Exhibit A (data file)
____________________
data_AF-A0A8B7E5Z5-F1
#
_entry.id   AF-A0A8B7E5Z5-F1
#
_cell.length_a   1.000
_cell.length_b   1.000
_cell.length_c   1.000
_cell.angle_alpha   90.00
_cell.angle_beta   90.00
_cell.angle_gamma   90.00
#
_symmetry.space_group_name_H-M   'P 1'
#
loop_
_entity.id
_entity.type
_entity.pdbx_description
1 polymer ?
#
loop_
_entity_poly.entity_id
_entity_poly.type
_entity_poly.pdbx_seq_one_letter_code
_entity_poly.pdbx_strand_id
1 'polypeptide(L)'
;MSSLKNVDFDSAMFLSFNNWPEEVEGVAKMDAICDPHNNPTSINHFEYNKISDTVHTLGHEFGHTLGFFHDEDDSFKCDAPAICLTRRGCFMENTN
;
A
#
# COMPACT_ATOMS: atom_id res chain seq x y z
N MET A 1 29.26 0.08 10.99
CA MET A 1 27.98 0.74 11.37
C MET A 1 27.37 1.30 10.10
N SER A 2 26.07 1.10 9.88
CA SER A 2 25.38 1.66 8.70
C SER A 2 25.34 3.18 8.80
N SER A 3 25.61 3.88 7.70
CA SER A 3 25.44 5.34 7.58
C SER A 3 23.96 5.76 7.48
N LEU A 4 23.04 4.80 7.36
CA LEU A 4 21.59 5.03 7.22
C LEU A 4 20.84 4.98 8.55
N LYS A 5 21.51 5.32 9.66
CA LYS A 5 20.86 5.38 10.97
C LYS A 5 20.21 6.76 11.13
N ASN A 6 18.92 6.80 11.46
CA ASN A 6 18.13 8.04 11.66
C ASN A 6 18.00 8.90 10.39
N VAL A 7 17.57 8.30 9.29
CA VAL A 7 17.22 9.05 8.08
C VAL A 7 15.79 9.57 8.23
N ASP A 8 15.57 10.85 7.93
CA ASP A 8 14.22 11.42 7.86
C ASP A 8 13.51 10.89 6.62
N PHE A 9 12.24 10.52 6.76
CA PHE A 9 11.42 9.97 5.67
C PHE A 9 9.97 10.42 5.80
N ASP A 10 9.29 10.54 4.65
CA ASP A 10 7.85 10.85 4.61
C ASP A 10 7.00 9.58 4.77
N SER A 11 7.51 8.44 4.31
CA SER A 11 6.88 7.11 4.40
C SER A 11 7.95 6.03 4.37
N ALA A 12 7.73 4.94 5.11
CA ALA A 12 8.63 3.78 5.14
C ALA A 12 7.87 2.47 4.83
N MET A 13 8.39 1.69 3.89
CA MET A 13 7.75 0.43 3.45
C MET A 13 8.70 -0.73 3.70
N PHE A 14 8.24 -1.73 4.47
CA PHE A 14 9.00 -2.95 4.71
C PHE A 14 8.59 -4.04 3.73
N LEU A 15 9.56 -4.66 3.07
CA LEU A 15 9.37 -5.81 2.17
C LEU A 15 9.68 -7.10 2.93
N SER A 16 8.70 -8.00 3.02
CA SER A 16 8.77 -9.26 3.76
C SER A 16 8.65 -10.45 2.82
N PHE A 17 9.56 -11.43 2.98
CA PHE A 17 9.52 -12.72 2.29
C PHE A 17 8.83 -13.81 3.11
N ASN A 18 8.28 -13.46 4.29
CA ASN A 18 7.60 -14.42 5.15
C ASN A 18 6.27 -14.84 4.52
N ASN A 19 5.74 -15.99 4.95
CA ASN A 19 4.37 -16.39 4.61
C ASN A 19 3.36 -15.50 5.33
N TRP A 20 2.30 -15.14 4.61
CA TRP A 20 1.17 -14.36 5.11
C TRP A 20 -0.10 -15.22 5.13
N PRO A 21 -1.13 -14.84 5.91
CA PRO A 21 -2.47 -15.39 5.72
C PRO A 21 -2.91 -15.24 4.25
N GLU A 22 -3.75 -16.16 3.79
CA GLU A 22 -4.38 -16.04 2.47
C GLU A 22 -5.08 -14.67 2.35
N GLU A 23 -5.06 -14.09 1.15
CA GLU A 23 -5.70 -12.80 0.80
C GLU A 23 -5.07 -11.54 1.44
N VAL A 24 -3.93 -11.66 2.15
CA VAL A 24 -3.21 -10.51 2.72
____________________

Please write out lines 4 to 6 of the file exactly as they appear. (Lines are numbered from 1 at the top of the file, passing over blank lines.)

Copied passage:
#
_cell.length_a   1.000
_cell.length_b   1.000